Tonight Rae took us through some exercises to help us build space and volume in our drawings, in part by including shapes and values around the figure, which creates depth. She showed us some of Richard Diebenkorn’s art, and talked to us about his method of drawing and rubbing out and erasing and redrawing, a process of finding lines and shapes he wanted to keep. The results are interesting in that you can see a lot of the original lines, so the final product is witness to the process. The drawing at left is his. I certainly put more stuff in my drawings than I usually do, but I failed to achieve his simplicity, which in my opinion is the real beauty in his work. But I was successful in creating more space by including some of the setting in my drawings.
We drew by the pool at “The b”. Colleen had set up a swing for a prior event, so that added something different. Rae asked us to use charcoal to draw the figure and to draw the background or surrounding shapes, and after we had worked on it for 10 minutes, she said, “OK, now rub it out and start again.” As a result, each drawing was reworked a couple of times, taking on a layered effect.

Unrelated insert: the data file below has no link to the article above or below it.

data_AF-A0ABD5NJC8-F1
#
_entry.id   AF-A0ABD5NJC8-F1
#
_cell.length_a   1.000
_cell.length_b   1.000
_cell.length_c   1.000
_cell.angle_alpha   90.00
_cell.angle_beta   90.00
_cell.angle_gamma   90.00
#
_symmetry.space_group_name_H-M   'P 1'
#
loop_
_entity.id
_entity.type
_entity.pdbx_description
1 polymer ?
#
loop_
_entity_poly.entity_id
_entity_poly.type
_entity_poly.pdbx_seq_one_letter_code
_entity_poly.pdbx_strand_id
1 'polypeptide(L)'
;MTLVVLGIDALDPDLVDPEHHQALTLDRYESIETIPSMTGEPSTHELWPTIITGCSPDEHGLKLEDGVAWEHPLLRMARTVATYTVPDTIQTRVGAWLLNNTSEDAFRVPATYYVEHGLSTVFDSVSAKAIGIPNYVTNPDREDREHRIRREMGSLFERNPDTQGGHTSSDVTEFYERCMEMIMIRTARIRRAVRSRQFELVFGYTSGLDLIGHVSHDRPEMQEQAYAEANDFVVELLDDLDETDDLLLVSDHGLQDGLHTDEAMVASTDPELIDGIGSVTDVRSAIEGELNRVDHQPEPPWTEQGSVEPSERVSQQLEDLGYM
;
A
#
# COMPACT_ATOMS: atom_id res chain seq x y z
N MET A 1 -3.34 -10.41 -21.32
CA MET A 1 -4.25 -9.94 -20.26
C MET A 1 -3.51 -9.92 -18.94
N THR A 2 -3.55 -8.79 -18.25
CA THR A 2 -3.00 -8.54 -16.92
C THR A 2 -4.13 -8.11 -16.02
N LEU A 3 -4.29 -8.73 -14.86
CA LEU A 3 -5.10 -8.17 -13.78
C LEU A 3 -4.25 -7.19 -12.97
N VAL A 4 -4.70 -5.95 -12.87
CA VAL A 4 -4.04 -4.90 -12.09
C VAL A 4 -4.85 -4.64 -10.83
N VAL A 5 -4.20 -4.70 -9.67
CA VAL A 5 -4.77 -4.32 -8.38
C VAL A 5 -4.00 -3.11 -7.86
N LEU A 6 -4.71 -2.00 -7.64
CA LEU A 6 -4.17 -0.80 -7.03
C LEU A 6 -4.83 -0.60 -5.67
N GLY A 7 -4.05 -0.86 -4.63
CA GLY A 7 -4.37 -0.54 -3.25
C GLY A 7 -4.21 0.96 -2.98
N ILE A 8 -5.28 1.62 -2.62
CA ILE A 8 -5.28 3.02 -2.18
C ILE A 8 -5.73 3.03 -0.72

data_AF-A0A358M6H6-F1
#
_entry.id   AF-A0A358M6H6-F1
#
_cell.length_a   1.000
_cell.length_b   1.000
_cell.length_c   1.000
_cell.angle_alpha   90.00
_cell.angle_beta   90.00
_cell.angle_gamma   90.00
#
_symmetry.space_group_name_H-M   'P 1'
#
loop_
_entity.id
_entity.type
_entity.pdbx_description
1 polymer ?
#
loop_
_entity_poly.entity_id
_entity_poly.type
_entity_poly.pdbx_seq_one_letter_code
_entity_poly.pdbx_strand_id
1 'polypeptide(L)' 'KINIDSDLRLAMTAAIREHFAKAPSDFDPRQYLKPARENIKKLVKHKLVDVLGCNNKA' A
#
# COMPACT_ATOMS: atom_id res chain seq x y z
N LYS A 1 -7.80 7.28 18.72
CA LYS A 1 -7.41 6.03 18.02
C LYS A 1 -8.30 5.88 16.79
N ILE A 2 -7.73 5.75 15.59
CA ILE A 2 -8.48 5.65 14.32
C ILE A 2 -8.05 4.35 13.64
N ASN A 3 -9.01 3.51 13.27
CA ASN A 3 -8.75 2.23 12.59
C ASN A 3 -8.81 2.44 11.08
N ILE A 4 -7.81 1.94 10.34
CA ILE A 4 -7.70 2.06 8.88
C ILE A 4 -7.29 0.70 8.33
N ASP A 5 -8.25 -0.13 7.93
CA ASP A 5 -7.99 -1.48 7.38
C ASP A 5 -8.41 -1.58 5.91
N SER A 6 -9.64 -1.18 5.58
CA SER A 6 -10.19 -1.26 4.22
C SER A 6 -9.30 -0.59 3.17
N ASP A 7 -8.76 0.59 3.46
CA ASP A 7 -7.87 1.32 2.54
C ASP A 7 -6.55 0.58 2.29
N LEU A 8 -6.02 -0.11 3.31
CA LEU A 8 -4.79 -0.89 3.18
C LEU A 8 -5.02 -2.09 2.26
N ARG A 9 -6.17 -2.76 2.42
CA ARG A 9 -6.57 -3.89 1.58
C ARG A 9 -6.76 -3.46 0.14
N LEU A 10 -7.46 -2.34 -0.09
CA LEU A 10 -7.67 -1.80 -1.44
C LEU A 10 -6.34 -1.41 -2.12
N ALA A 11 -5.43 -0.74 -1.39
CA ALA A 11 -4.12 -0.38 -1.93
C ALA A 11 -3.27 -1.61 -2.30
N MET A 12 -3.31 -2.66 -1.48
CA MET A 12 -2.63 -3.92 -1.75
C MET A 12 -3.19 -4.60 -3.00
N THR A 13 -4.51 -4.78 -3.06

The drawing on the left was one of my warm-up drawings, in conte on manilla paper. For the drawing on the right, I was using very soft brick charcoal on gray paper, rubbing, erasing, and redrawing, and then following up with some white charcoal. I was pretty far out of my comfort zone, so the result was very different from anything I usually do. But that is the value of continuing to take instruction. I have to stretch more and grow faster.
I also remembered why I hate brick charcoal — it is so messy — pretty soon it is all over your clothes, your face, the walls, and on clothing you weren’t even wearing. In fact, brick charcoal shares top billing with cadmium red oil paint for messiest media on the planet. Fortunately Colleen was ready with the handi-wipes at the end of the session.